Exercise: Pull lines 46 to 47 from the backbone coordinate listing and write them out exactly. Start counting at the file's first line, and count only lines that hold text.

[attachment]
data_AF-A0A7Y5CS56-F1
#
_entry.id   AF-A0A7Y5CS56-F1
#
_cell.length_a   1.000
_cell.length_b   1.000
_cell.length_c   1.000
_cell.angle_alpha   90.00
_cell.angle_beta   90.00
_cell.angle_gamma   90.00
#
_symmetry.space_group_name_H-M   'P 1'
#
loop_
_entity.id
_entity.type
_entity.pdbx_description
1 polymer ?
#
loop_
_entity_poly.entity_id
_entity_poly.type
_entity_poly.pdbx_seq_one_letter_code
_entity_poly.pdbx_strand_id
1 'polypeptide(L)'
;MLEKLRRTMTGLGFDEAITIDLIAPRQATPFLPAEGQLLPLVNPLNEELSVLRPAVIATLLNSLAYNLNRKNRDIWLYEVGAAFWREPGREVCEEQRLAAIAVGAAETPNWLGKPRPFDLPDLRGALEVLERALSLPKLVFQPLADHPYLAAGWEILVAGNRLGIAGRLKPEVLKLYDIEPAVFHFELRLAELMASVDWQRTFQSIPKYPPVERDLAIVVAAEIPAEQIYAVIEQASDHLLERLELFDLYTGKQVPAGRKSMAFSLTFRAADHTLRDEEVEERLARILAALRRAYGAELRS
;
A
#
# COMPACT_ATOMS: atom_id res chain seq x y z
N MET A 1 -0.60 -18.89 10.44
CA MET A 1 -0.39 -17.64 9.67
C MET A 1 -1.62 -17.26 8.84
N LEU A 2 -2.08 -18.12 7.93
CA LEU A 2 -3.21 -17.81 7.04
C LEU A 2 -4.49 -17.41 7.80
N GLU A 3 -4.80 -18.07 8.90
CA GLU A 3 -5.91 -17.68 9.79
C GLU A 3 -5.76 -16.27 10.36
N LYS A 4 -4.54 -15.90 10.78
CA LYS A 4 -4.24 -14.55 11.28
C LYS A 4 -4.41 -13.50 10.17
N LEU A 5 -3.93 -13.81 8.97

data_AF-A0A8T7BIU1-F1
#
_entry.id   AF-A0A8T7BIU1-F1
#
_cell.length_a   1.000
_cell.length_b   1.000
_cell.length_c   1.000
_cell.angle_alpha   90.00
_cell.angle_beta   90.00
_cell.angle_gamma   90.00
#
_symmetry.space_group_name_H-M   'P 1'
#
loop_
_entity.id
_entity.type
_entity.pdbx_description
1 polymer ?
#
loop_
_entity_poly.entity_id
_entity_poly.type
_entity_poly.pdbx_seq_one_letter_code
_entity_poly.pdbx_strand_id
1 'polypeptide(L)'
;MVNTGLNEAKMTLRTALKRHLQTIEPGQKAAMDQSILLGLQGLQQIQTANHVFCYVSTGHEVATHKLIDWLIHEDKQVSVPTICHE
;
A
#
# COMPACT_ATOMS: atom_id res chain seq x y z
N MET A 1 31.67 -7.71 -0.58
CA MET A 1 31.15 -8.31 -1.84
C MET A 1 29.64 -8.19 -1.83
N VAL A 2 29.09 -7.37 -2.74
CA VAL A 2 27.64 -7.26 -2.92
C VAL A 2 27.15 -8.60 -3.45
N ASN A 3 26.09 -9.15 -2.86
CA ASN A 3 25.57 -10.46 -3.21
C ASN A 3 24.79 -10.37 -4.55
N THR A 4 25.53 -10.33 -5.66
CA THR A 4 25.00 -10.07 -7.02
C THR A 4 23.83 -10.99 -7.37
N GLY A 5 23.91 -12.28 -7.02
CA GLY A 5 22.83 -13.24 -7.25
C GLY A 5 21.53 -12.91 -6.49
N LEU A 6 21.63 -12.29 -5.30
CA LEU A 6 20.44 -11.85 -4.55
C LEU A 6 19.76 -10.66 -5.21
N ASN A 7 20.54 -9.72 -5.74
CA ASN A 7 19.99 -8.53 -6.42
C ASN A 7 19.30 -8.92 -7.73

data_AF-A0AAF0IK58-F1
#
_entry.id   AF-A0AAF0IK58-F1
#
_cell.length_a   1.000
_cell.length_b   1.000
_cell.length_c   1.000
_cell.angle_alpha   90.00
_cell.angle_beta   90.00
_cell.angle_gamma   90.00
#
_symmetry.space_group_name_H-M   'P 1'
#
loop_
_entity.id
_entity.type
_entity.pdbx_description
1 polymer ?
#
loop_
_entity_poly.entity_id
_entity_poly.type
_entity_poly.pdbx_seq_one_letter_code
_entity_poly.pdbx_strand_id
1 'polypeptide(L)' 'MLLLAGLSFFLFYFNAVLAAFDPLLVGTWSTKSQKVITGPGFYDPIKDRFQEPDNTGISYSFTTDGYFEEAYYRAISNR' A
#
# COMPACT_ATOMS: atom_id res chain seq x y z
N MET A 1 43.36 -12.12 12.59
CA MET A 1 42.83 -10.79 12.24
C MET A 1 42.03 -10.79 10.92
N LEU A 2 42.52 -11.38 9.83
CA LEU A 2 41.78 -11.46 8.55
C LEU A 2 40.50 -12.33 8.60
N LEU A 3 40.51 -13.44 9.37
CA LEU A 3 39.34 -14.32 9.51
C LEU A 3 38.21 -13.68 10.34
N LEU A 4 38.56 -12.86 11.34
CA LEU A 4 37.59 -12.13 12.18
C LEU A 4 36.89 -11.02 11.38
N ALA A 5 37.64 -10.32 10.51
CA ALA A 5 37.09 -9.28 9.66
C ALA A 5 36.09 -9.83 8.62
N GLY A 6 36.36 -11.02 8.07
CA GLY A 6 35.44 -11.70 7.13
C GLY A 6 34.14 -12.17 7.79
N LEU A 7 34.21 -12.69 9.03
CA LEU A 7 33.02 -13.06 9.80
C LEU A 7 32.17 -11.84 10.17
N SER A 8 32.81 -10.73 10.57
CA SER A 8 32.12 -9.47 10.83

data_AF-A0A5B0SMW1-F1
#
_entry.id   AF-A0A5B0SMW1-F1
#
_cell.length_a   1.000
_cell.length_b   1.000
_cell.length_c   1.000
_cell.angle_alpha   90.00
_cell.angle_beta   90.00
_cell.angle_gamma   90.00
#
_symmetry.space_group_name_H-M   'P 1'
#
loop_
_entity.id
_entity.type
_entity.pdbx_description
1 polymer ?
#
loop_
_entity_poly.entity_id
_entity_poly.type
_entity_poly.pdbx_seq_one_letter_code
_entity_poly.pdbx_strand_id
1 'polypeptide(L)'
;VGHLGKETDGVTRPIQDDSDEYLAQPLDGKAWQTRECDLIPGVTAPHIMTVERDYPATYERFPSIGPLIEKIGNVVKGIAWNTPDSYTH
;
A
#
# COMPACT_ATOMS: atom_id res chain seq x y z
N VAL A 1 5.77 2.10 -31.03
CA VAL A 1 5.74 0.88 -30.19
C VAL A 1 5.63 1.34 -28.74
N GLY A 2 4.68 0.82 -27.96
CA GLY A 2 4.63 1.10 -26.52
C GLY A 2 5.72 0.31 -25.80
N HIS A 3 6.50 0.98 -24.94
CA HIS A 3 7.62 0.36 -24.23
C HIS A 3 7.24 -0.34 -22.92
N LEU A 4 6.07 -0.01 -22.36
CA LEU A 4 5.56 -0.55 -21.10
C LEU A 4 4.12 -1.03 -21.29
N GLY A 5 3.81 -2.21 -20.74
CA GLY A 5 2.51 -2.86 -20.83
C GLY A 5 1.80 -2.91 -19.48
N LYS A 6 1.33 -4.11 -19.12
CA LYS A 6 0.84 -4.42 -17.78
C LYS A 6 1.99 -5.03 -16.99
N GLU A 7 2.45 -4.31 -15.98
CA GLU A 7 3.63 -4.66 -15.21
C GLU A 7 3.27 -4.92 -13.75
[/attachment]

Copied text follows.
_entry.id   AF-A0A8T7BIU1-F1
#